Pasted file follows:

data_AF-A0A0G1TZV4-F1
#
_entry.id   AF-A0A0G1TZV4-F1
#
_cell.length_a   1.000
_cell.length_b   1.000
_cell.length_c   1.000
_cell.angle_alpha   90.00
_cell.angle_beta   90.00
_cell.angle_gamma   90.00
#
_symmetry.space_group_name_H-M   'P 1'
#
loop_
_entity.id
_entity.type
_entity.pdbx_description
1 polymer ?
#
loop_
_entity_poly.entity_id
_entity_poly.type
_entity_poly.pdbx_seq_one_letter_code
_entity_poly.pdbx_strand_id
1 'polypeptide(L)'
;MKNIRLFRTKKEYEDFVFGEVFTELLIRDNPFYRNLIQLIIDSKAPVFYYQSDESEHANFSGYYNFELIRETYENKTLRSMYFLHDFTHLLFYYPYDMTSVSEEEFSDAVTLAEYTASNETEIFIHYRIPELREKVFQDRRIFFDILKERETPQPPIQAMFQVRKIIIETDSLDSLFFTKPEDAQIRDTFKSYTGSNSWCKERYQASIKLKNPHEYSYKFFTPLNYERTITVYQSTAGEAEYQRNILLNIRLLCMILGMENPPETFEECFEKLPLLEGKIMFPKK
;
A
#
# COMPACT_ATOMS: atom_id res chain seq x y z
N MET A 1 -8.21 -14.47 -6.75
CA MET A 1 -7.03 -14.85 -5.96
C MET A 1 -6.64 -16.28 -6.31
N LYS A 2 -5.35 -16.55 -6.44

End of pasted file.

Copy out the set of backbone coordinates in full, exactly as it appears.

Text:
data_AF-A0A0G1TZV4-F1
#
_entry.id   AF-A0A0G1TZV4-F1
#
_cell.length_a   1.000
_cell.length_b   1.000
_cell.length_c   1.000
_cell.angle_alpha   90.00
_cell.angle_beta   90.00
_cell.angle_gamma   90.00
#
_symmetry.space_group_name_H-M   'P 1'
#
loop_
_entity.id
_entity.type
_entity.pdbx_description
1 polymer ?
#
loop_
_entity_poly.entity_id
_entity_poly.type
_entity_poly.pdbx_seq_one_letter_code
_entity_poly.pdbx_strand_id
1 'polypeptide(L)'
;MKNIRLFRTKKEYEDFVFGEVFTELLIRDNPFYRNLIQLIIDSKAPVFYYQSDESEHANFSGYYNFELIRETYENKTLRSMYFLHDFTHLLFYYPYDMTSVSEEEFSDAVTLAEYTASNETEIFIHYRIPELREKVFQDRRIFFDILKERETPQPPIQAMFQVRKIIIETDSLDSLFFTKPEDAQIRDTFKSYTGSNSWCKERYQASIKLKNPHEYSYKFFTPLNYERTITVYQSTAGEAEYQRNILLNIRLLCMILGMENPPETFEECFEKLPLLEGKIMFPKK
;
A
#
# COMPACT_ATOMS: atom_id res chain seq x y z
N MET A 1 -8.21 -14.47 -6.75
CA MET A 1 -7.03 -14.85 -5.96
C MET A 1 -6.64 -16.28 -6.31
N LYS A 2 -5.35 -16.55 -6.44